Tactical Review – Blog Journal – Week 5 – Louis Lee

Based on readings from Media Relations, Chapter 4,  Tactical Approaches for Successful Media Relations.

Like a military campaign, media relations tactics are what make up the individual components of the greater strategy, much like Stanton’s vehicle analogy, without individual tactics to achieve its goals by sequence, the greater strategy cannot be completed.

The central tactic of media relations is the press or media release, or the supply of information on issues and events to the media (usually in print/written form), as not only does it gives awareness towards a particular campaign event, but it also informs the media of one’s intentions and policies.

Tactics usually come in the following styles:

  • Written tactics (Basis of campaign’s meaning. capable of mutual overlap, quick and easily read and understood. Includes uncontrolled tactics such as backstories, feature stories and letters to the editor, and controlled tactics such as newsletters, flyers, handbooks, pamphlets, brochures and annual reports, the determinant of an agent or outside force that exerts action on them being the difference.)
  • Spoken tactics (Those campaign tactics of a more personal, oratory nature. Includes speeches, interviews, face to face meetings, word of mouth and radio broadcasts.)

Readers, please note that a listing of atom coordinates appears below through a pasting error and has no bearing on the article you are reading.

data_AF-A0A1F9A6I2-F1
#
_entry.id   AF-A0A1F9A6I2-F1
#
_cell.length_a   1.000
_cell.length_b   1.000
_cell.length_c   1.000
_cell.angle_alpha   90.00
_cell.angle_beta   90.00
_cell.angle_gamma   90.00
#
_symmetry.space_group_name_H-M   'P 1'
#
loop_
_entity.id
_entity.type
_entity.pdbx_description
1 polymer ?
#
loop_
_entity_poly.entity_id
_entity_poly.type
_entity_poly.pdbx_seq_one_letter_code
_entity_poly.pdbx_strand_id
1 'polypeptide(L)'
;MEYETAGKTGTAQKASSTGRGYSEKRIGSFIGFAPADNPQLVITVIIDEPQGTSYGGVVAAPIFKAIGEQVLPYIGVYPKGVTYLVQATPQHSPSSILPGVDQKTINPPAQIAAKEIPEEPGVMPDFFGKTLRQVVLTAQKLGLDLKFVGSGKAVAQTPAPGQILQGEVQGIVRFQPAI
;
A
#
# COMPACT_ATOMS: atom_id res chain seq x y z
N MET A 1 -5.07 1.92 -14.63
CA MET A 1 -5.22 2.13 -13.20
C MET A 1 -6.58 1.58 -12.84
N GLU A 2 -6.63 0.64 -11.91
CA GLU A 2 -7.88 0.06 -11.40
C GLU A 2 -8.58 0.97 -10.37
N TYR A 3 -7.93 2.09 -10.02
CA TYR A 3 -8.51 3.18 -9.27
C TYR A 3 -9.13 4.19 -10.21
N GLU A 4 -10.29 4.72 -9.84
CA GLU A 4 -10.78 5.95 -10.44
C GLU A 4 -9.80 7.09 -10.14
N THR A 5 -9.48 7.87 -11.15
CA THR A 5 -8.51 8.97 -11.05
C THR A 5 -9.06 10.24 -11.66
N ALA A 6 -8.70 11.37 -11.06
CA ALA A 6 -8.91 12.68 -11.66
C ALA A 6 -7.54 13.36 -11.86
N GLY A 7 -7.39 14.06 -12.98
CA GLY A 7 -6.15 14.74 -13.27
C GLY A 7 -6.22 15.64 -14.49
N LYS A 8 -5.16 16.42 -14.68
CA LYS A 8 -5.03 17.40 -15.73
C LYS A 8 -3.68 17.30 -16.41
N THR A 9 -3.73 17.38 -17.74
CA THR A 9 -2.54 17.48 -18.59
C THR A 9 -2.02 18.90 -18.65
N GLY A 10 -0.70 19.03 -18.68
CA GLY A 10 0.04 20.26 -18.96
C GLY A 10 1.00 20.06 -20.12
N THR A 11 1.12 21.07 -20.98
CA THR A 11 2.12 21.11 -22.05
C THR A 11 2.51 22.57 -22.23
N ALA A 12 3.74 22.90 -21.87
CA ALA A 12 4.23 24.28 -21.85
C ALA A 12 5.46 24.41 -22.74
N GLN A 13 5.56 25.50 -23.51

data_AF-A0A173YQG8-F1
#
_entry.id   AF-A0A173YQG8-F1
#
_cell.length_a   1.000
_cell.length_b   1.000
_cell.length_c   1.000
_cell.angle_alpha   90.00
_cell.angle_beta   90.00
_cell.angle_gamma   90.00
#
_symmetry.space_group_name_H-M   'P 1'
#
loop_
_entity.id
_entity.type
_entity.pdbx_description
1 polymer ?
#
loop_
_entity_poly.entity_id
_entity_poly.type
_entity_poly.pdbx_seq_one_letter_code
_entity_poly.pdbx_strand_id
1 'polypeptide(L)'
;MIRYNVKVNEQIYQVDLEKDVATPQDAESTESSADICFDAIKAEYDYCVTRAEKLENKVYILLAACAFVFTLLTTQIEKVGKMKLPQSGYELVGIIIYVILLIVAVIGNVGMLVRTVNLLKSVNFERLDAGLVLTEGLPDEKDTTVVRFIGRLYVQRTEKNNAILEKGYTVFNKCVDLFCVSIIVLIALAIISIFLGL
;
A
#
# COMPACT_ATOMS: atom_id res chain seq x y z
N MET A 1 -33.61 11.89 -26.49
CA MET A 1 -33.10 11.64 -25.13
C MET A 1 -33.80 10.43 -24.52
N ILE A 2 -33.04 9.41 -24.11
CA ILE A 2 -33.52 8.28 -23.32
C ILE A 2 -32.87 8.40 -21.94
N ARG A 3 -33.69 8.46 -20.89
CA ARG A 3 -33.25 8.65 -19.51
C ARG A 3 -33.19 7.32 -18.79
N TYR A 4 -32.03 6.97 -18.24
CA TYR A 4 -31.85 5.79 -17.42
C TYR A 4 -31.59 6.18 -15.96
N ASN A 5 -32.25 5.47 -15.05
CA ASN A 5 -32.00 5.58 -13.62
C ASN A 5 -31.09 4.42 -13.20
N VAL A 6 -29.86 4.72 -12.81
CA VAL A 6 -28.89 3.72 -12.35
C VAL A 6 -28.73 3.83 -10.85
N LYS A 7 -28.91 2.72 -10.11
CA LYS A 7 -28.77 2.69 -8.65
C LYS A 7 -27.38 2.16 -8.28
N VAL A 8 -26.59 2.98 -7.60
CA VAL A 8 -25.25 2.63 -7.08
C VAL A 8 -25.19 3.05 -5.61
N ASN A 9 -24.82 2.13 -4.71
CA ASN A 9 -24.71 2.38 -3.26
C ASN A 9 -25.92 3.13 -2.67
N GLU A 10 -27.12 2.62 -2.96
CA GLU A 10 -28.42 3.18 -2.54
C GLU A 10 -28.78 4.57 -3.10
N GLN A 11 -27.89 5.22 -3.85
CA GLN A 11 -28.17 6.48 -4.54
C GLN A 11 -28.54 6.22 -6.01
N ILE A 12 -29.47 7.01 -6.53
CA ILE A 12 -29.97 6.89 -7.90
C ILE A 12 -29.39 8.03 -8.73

• Acted tactics (Those tactics that require an “on the street” approach. Includes press conferences, television community service announcements, community meetings, demonstrations, factory tours, trade displays and muppet sho-I mean street theaters.)
  • Imagined tactics (Those tactics that have no basis in reality but require planning, development and production anyway. Includes interventions, pictures, videos, drama and music.)


Stanton, R. (2007). Media Relations, Oxford University Press Melbourne.


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a public relations firm that specialises in helping independent media groups find an audience at modest compensation.

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